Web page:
The film at 85 minutes is amazing. The extras at over 6.5 hours are incredible. This DVD set is a source of all things Beat that I will be looking back at for years. It is beautifully arranged so that you can watch many extras on the same disc as the feature and also watch 35 interviews on Disc 2 including so many friends of Allen who also happened and happen to be cultural phenomenon's in their own right including Baez, Beck, Bono, Brakhage, Burroughs, Depp, Glass, Hoffman, Kesey, Leary, McCartney, Sonic Youth, Ono, Patti Smith, Hunter S. Thompson, Andy Warhol and so many more!
Also, Allen reads poetry to the camera for over 30 minutes, talks with Neal Cassidy in the basement of City Light in 1965 for almost 20 minutes, and reminisces with William Burroughs in 1984 at Naropa in Boulder, CO.
I can go on and on but this heartfelt collection made me want to read more of Ginsberg's poetry and remember a man who was truly a pacifist and helped make the world a better and more peaceful place. How we need that today!!!!!Here is a recent New York Times review on the DVD:
"The New York Times"
Jerry Aronson has augmented his crisp, straightforward 1993 documentary portrait of the poet Allen Ginsberg with six hours of extra material for this double-disc release, which now makes it a scholarly resource as well as a remarkably clearheaded study of a singularly complex individual.
Mr. Aronson's film follows Ginsberg from his middle-class upbringing in New Jersey through the media explosion that was the Beat movement, his role in the flowering youth movement of the 1960s and his last years as a devoted Buddhist and political activist. Those interviewed range from close friends and family members to artists whose relationship to Ginsberg was more remote (Beck, Bono and Johnny Depp, while the footage Mr. Aronson has gathered includes lengthy excerpts from Ginsberg's 1998 memorial tribute at the Cathedral Church of St. John the Divine, Ginsberg and Bob Dylan visiting Jack Kerouac's grave, a 1965 reading with Neal Cassady at the City Lights bookstore in San Francisco and sequences from Jonas Mekas's touching record of Ginsberg's wake, "Scenes From Allen's Last Three Days on Earth as a Spirit."
"The Boston Globe"
Beating the drum for a poet-visionary
Desk officers at the State Department have a term for what befalls colleagues stationed abroad: "clientism." It describes what happens when diplomats get so caught up in the opinions, attitudes, and needs of the country they're stationed in that their dispatches begin to take on a native coloration. They end up unconsciously representing their "client" country more than they do the United States.
Something similar tends to occur among documentary filmmakers. Spending so much time with their subjects, they make the person or persons they're shooting their client - rather than the viewers they're shooting for. What this all too often results in are documentaries that meander, overflow, and otherwise go on too long. The miraculous thing about Jerry Aronson's "The Life and Times of Allen Ginsberg" is its concision. It weighs in at a quite taut 84 minutes, this despite the remarkably full and varied life of the great Beat poet-visionary, as well as the onscreen presence of numerous family members and friends.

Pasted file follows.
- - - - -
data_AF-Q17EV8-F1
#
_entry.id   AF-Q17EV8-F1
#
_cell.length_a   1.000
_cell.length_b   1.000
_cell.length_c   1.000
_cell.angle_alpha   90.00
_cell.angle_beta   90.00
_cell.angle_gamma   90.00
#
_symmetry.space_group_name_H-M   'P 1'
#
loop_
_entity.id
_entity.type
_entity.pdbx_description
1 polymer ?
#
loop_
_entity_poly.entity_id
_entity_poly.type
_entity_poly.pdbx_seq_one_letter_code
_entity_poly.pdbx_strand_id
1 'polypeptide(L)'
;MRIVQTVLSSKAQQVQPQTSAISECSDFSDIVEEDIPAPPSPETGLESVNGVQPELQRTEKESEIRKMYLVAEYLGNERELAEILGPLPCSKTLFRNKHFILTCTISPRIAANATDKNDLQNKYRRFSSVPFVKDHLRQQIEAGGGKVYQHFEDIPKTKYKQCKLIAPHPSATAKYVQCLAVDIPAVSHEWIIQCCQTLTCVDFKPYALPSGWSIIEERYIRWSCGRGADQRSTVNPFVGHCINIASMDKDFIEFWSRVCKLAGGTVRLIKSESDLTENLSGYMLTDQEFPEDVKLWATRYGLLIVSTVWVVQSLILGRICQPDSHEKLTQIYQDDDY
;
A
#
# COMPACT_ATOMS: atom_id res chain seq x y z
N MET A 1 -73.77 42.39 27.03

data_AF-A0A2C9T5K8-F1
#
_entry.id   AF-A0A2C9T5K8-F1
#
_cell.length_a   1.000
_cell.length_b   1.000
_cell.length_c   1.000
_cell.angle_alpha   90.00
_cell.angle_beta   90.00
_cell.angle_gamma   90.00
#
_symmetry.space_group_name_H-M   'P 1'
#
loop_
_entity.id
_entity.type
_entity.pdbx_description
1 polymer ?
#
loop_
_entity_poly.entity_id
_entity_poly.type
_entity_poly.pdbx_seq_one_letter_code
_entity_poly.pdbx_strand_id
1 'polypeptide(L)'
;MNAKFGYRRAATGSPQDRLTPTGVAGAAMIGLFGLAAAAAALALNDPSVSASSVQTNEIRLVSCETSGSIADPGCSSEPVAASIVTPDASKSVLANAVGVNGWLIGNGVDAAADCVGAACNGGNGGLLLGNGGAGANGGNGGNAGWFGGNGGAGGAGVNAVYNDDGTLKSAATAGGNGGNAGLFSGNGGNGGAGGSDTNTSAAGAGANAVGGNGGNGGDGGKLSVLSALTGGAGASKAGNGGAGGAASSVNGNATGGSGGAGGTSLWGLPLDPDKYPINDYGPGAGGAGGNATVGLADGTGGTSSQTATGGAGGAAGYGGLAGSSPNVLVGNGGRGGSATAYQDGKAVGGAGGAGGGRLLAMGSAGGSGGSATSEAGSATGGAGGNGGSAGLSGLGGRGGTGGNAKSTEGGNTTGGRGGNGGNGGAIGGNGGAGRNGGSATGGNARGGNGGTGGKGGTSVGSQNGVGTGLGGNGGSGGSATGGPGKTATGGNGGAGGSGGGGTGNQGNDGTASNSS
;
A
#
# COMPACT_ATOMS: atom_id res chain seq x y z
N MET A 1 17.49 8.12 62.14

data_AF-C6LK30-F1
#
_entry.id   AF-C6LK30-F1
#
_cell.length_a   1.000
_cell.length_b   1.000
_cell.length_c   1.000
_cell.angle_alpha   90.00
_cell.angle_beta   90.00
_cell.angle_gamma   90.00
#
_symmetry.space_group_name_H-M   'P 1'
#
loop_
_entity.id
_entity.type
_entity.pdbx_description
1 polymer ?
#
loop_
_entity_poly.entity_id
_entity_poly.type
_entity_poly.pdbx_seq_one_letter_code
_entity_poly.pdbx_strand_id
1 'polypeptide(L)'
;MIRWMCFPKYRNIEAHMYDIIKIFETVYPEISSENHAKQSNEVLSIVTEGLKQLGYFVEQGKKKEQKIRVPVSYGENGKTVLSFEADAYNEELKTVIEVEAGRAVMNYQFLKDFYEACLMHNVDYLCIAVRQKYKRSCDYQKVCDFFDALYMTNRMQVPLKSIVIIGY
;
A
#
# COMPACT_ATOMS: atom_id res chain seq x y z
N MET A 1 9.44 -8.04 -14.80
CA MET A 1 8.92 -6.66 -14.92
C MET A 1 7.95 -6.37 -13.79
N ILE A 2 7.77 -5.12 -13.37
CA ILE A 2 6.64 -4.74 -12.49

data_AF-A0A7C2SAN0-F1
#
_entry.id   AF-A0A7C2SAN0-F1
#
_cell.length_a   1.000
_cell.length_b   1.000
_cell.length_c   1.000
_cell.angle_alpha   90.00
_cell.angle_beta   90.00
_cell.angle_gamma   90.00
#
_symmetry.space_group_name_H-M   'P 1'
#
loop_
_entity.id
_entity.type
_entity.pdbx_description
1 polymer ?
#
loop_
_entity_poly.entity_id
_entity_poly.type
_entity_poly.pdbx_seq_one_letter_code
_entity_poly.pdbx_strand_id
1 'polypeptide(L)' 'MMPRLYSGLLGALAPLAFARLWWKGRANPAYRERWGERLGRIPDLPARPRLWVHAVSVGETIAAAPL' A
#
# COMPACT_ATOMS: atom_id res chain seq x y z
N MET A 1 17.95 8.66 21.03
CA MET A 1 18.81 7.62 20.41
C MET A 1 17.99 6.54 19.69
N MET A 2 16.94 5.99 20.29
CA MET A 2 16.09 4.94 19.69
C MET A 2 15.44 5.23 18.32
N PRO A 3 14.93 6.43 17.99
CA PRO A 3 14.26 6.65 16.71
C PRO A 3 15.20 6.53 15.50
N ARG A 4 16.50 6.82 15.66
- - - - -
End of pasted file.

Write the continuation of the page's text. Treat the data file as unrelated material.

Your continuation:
First released in 1993, then in a revised version in 2012 (15 years after Ginsberg's death), Aronson's film is a labor of love. He spent a dozen years filming Ginsberg - we see him reading his poetry, answering questions, conversing with old pals like William Burroughs - yet there's a sense of every frame and syllable mattering.
If anyone could be forgiven for suffering from documentary clientism, it's Aronson. The capaciousness of the DVD format now lets him indulge the temptations he avoided in the film. So let's hear it for indulgence. We get a two-minute look at Ginsberg and Bob Dylan visiting Jack Kerouac's grave, in Lowell. There are snippets of film Jonas Mekas shot of Ginsberg during his last few dying days. There are also 25 minutes of footage recording Ginsberg and Neal Cassady at San Francisco's City Lights Bookstore, in 1965. (That sound you hear in the background isn't cable cars - it's the shifting of cultural tectonic plates.)
A second disc includes footage from a memorial service for Ginsberg at New York's Cathedral of St. John the Divine, as well as excerpts from the extensive interviews Aronson conducted with friends and associates. How extensive? We get Hunter S. Thompson, Andy Warhol, Philip Glass, Ken Kesey, Stan Brakhage, Lawrence Ferlinghetti, Paul McCartney (you get the idea), as well as such latter-day admirers as Beck, Bono, and Johnny Depp.
This is a very rich slice of cultural history, lovingly presented.